Opened in April 2016, the Vassaltis Vineyards is the newest arrival on the island’s wine scene and a true gem, designed by Evi Polychroniadou and the award-winning MOB architects firm who worked on the interior. The winery is built on three levels, the lowest of which is where the wine is matured in barrels before being bottled (wine store). The nerve center is on the middle floor, where vinification and bottling takes place. Adjacent is the laboratory, while on the ground floor there is a shop and an amazing tasting area, which is a delight for visitors.
Although not a native of Santorini himself, the young owner Yannis Valambous left a career in banking and developed a 4-hectare vineyard that had been in his family for more than two decades. He joined forces with two young but experienced oenologists, Ilias Roussakis and Yiannis Papaeconomou, and today they are hoping to evolve traditions and appeal to an expanding wine-loving audience.
The first bottles from the 2015 vintage received plaudits for their quality and superiority of flavor and now we await, with much anticipation, the 2016 vintage, which will be bottled on Vassalitis’ own premises.
Its opening in 1949 as Santorini’s first industrial winery represented a major milestone in the history of winemaking on the island and in the life of its founder, oenologist Giorgos Venetsanos. At a time when Santorini still did not have a public electricity supply, the winery used a generator and pump – and gravity – to channel its wine from the winery to Athinios port below, where ships took it to market. Today, the refurbished winery is run by Nikos Zorzos, a nephew of the founder and the island’s mayor, and his brother Vangelis. The winery produces a 100 percent Assyrtiko, a Nychteri, a rosé from three varieties (Anagallis) and a red Mandilaria, as well as the incredibly sweet Liastos, all of which are produced in limited amounts.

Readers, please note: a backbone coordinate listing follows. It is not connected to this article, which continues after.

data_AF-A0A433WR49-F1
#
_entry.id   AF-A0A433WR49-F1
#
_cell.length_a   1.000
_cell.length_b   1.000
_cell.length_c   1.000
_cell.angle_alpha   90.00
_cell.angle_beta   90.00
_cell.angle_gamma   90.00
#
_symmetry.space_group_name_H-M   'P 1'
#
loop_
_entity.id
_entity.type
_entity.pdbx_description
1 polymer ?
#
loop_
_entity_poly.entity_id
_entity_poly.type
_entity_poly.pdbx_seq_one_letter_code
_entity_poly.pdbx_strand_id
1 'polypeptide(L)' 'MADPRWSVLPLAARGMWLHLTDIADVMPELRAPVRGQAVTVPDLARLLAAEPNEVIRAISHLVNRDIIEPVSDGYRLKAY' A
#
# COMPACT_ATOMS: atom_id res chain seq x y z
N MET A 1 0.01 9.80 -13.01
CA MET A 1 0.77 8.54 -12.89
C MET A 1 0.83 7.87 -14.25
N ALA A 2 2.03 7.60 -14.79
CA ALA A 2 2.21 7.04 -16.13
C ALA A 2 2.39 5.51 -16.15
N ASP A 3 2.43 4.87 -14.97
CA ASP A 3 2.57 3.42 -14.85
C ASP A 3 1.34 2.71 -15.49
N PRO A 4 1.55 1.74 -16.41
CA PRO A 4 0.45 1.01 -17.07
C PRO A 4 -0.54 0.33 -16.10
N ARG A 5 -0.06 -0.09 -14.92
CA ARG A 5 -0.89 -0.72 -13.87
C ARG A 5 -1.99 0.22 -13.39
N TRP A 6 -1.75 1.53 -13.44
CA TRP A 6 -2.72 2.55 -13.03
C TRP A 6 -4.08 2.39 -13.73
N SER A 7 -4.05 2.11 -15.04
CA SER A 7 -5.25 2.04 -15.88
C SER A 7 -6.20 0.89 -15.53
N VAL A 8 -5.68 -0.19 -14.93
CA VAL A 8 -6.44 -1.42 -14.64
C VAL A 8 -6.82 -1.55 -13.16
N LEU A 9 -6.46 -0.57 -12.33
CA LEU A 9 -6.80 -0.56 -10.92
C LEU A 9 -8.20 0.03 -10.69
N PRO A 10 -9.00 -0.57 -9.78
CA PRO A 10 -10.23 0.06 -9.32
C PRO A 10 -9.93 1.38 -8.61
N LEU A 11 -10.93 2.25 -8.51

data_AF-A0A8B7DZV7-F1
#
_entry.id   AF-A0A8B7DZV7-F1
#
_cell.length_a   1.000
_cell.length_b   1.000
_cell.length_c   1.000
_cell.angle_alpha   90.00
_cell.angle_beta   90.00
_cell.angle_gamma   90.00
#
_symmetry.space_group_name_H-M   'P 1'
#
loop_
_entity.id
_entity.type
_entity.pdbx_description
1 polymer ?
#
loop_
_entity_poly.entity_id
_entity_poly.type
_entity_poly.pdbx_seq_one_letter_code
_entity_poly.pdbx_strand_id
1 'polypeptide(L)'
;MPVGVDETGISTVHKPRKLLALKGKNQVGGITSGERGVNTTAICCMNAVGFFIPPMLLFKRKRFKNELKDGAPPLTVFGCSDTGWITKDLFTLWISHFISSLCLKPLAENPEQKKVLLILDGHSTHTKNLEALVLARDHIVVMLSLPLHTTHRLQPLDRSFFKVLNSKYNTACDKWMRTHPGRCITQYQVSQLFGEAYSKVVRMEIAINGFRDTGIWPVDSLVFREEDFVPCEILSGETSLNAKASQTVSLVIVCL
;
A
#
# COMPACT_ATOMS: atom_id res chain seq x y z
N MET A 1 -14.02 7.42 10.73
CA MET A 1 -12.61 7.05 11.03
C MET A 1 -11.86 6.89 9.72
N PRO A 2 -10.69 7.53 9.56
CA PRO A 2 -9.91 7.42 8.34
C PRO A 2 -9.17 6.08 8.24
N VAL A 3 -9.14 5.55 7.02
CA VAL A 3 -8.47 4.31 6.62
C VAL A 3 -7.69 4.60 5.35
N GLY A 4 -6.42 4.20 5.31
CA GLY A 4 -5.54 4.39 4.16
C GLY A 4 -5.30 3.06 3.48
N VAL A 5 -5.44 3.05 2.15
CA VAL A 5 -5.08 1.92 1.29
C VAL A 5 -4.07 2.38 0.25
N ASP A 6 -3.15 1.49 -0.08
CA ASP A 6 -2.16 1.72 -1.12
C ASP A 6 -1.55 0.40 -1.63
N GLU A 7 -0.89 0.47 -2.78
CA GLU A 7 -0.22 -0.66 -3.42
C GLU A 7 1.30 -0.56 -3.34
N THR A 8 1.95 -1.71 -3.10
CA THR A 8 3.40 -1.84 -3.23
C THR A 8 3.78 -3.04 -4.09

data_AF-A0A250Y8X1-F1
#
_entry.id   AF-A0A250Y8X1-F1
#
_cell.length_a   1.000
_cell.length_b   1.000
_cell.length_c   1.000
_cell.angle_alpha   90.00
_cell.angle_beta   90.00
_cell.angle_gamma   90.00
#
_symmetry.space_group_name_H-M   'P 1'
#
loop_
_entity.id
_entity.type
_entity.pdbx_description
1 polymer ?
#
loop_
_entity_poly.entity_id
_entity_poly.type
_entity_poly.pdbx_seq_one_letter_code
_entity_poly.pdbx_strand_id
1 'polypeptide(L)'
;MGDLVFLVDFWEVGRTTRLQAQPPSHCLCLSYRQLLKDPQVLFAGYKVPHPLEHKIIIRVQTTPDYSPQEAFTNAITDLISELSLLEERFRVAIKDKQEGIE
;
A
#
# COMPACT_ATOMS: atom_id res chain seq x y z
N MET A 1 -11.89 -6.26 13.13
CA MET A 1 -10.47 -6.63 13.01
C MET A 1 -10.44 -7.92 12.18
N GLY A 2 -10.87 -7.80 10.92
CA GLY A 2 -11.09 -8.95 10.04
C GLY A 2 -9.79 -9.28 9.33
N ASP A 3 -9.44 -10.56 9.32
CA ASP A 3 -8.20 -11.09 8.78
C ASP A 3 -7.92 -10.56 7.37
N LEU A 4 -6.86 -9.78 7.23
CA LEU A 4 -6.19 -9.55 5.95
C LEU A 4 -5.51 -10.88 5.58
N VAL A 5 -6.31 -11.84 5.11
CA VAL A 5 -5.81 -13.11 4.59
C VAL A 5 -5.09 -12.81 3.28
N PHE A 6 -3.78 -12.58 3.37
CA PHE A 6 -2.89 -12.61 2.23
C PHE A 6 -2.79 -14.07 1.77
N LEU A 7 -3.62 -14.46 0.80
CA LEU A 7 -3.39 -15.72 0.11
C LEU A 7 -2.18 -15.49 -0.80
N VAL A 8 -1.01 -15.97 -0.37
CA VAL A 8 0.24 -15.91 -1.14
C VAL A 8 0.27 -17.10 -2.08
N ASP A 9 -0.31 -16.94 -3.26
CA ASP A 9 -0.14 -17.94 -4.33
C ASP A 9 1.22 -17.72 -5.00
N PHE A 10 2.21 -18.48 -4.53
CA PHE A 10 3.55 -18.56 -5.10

The 2015 vintage wines, as well as some older vintages, are available to purchase from the winery’s fashionable boutique.
Vassaltis Vineyards • Vourvoulos
• Tel. (+30) 22860.222.11
WHY GO: For the modern architecture that is so perfectly incorporated into the natural environment • To taste their first bottling.
Venetsanos • Megalochori
• Tel. (+30) 22860.211.00
WHY GO: Amazing location with a beautiful view of the island.
Gaia Wines • Exo Gonia
• Tel. (+30) 22860.341.86
WHY GO: Enjoy a complete tasting experience right in front of the Black Beach.
DEDICATED TO ASSYRTIKO
Behold one of the island’s greatest examples of industrial architecture – an old stone tomato factory converted into a modern winery. It’s been almost 25 years since Yiannis Paraskevopoulos, who holds a PhD in oenology from the University of Bordeaux II, and agronomist Leon Karatsalos gave the space a second life by creating Gaia Wines.
Its flagship Thalassitis label is one of the island’s most symbolic wines, so renowned that it has become synonymous in the minds of many with Assyrtiko. The grapes used to make it come from low-yield vineyards in Episkopi, Akrotiri and Pyrgos. Gaia makes four wines as well as an excellent vinegar from Assyrtiko, which is aged in French oak barrels for at least five years. The winery’s tastings include four whites and four reds, as well as the vinegar, which is served at the end. Be sure to ask for Thalassitis, which is best served decanted so as to reveal its true character. Even though it is a white wine, it has similar behavior to a red.
DRIVEN BY EXPERIMENTATION